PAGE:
Placement Tool: A feature that lets you choose where and how your ads will appear in the Google Display Network.
Price Extensions: Extensions that appear alongside your text ads and provide information about the price of your products and services.
Primary Metric: The benchmark or goal that ensures optimal results for a PPC campaign.
Product Listing Ads (PLA): Types of ads that provide more details about a product than a regular text ad.
Promotion Extensions: Extensions that provide users with details about special offers and how they can avail them.
Prospect: A person who is very likely to purchase a product from you.
Qualified Web Traffic: Refers to users who have already engaged your brand through your PPC ads.
Quality Score: Used by search engines to determine the rank and position of PPC ads.
Reach: A metric used to determine the volume of users will engage within a single period.
Remarketing: The process of reaching out to users who have had prior contact with your campaign.
Remarketing Lists for Search Ads (RLSA): A feature that lets you customize your ads to users who had engaged your campaign before.
Return on Ad Spend (ROAS): A formula used to determine the amount of revenue of a specific PPC campaign against your total spending for that campaign.
Return on Investment (ROI): A formula for calculating overall business costs and income attributed to a PPC campaign.
Returning Visitor: A unique visitor who re-entered your website or landing page.
Sales Funnel: An illustrated process or flowchart showing how consumers are attracted, nurtured and converted into paying customers.
Search Engine: A piece of software or a program that helps users search for websites and digital content using key terms or phrases. Examples are Google, Bing and Yahoo.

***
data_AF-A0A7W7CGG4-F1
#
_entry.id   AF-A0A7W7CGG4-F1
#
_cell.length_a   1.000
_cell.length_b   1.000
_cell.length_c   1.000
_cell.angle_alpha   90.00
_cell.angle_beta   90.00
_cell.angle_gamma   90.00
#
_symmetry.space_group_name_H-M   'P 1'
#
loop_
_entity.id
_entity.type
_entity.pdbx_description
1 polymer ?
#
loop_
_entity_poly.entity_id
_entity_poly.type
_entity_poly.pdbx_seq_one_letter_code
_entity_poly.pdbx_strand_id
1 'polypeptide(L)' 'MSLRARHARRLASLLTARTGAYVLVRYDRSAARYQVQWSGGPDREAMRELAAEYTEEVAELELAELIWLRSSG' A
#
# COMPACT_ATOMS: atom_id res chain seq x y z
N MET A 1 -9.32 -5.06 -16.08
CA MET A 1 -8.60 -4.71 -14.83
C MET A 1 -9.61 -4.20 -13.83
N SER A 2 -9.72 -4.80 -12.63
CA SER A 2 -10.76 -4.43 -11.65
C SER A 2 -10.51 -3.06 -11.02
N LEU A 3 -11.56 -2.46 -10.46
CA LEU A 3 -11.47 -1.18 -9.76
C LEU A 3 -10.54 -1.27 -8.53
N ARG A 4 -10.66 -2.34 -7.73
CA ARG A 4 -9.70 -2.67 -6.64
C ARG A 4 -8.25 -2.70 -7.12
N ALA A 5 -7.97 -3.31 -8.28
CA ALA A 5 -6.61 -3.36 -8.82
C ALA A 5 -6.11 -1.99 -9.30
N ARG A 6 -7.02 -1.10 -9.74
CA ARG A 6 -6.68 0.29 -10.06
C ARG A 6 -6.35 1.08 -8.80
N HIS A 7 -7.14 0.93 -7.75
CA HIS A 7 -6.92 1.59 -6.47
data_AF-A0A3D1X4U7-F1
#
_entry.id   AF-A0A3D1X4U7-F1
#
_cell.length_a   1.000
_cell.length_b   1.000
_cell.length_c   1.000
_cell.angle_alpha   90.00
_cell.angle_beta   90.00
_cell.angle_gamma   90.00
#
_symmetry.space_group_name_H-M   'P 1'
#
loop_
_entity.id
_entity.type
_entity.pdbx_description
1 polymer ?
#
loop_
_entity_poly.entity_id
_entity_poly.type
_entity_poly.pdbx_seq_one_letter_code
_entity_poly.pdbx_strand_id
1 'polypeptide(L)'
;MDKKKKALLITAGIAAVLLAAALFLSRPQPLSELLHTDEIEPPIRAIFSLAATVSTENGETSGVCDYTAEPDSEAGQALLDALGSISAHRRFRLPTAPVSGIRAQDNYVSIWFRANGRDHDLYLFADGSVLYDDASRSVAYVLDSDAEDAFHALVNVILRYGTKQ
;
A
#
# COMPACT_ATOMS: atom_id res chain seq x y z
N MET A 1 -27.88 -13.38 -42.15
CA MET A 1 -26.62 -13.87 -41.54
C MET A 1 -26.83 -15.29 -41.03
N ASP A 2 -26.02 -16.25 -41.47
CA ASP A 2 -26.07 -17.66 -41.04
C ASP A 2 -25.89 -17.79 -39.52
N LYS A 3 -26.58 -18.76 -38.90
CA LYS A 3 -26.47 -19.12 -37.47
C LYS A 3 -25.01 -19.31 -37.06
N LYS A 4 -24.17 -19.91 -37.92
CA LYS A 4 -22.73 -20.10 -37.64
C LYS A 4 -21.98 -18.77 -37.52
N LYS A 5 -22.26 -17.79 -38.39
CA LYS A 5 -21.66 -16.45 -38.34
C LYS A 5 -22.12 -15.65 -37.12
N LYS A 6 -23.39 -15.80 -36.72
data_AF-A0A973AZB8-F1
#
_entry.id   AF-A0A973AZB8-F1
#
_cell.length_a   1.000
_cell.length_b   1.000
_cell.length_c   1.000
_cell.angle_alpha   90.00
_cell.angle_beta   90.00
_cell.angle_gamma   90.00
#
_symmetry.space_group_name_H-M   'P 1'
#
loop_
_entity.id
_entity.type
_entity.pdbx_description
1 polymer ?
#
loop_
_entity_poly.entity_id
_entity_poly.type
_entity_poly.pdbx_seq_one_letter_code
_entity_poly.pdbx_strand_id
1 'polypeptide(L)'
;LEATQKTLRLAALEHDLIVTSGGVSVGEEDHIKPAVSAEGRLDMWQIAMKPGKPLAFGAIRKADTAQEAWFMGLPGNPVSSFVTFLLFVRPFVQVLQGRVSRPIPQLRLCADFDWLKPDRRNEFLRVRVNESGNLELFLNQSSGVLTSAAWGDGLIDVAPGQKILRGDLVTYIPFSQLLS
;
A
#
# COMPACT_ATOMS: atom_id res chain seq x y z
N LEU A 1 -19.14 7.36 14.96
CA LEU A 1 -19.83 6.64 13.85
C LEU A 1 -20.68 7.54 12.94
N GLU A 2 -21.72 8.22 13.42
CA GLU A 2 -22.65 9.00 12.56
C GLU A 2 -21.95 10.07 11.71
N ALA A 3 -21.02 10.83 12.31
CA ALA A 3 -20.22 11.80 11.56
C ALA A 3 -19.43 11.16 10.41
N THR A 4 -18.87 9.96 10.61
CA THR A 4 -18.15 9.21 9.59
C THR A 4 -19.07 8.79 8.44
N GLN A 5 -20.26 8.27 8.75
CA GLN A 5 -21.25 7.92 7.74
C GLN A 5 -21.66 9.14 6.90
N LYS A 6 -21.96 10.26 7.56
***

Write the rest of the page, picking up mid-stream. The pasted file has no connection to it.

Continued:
Search Engine Marketing (SEM): An approach to digital marketing that involves optimizing websites for greater searchability. Used for improving a brand’s position in the results pages of Google, Bing, Yahoo and other search engines.
Search Engine Optimization (SEO): A process that involves improving a website’s searchability in such a way that generates more visitors.
Search Engine Results Page (SERP): A list of results generated by a search engine when users type a key phrase or keyword.
Search Network: A collection of web pages that provide results to search queries. This is also where text ads are placed.
Search Partners: Websites that display text ads published through the Search Network.
Search Query: A specific term or phrase users enter into a search engine to find the information they need.
Search Query Report (SQR): A report that lets you determine how your campaign is performing in terms of competing for specific keywords or phrases.
Search Volume: The amount of queries users make for a certain keyword or phrase.
Seller Central: A platform that allows Amazon users to sell and ship their products directly to consumers.
Seller Central Placement Ads: Ads that are displayed on Amazon’s Seller Central platform.
Seller Central Sponsored Product Ads: Ads that promote individual products. These often appear alongside shopping results pages and product descriptions on the Seller Central platform.